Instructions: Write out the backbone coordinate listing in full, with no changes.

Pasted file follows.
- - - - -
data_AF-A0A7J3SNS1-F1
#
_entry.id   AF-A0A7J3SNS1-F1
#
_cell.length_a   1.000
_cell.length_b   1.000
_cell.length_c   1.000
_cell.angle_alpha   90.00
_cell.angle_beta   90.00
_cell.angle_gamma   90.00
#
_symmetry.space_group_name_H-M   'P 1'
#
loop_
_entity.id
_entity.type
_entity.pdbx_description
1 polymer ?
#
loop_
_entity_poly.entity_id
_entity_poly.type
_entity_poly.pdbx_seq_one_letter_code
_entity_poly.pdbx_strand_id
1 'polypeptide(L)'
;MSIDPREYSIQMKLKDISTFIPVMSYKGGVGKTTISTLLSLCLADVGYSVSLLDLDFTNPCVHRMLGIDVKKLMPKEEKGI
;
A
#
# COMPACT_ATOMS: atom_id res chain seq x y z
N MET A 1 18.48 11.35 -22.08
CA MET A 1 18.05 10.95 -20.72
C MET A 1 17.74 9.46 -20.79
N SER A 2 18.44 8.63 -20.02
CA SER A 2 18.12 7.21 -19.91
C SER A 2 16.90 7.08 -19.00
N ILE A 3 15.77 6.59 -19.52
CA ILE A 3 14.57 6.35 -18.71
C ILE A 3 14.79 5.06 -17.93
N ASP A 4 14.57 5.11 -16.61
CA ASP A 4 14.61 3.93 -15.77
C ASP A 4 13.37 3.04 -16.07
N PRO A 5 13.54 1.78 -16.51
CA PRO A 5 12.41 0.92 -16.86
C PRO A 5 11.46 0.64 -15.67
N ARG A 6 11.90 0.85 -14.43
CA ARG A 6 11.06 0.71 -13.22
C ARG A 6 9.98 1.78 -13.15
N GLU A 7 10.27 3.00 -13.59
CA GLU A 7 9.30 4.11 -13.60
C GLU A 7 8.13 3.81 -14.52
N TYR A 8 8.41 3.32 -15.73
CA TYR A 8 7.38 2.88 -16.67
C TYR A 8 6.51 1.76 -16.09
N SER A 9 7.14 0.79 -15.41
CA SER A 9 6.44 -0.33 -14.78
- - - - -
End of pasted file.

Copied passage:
data_AF-A0A7J3SNS1-F1
#
_entry.id   AF-A0A7J3SNS1-F1
#
_cell.length_a   1.000
_cell.length_b   1.000
_cell.length_c   1.000
_cell.angle_alpha   90.00
_cell.angle_beta   90.00
_cell.angle_gamma   90.00
#
_symmetry.space_group_name_H-M   'P 1'
#
loop_
_entity.id
_entity.type
_entity.pdbx_description
1 polymer ?
#
loop_
_entity_poly.entity_id
_entity_poly.type
_entity_poly.pdbx_seq_one_letter_code
_entity_poly.pdbx_strand_id
1 'polypeptide(L)'
;MSIDPREYSIQMKLKDISTFIPVMSYKGGVGKTTISTLLSLCLADVGYSVSLLDLDFTNPCVHRMLGIDVKKLMPKEEKGI
;
A
#
# COMPACT_ATOMS: atom_id res chain seq x y z
N MET A 1 18.48 11.35 -22.08
CA MET A 1 18.05 10.95 -20.72
C MET A 1 17.74 9.46 -20.79
N SER A 2 18.44 8.63 -20.02
CA SER A 2 18.12 7.21 -19.91
C SER A 2 16.90 7.08 -19.00
N ILE A 3 15.77 6.59 -19.52
CA ILE A 3 14.57 6.35 -18.71
C ILE A 3 14.79 5.06 -17.93
N ASP A 4 14.57 5.11 -16.61
CA ASP A 4 14.61 3.93 -15.77
C ASP A 4 13.37 3.04 -16.07
N PRO A 5 13.54 1.78 -16.51
CA PRO A 5 12.41 0.92 -16.86
C PRO A 5 11.46 0.64 -15.67
N ARG A 6 11.90 0.85 -14.43
CA ARG A 6 11.06 0.71 -13.22
C ARG A 6 9.98 1.78 -13.15
N GLU A 7 10.27 3.00 -13.59
CA GLU A 7 9.30 4.11 -13.60
C GLU A 7 8.13 3.81 -14.52
N TYR A 8 8.41 3.32 -15.73
CA TYR A 8 7.38 2.88 -16.67
C TYR A 8 6.51 1.76 -16.09
N SER A 9 7.14 0.79 -15.41
CA SER A 9 6.44 -0.33 -14.78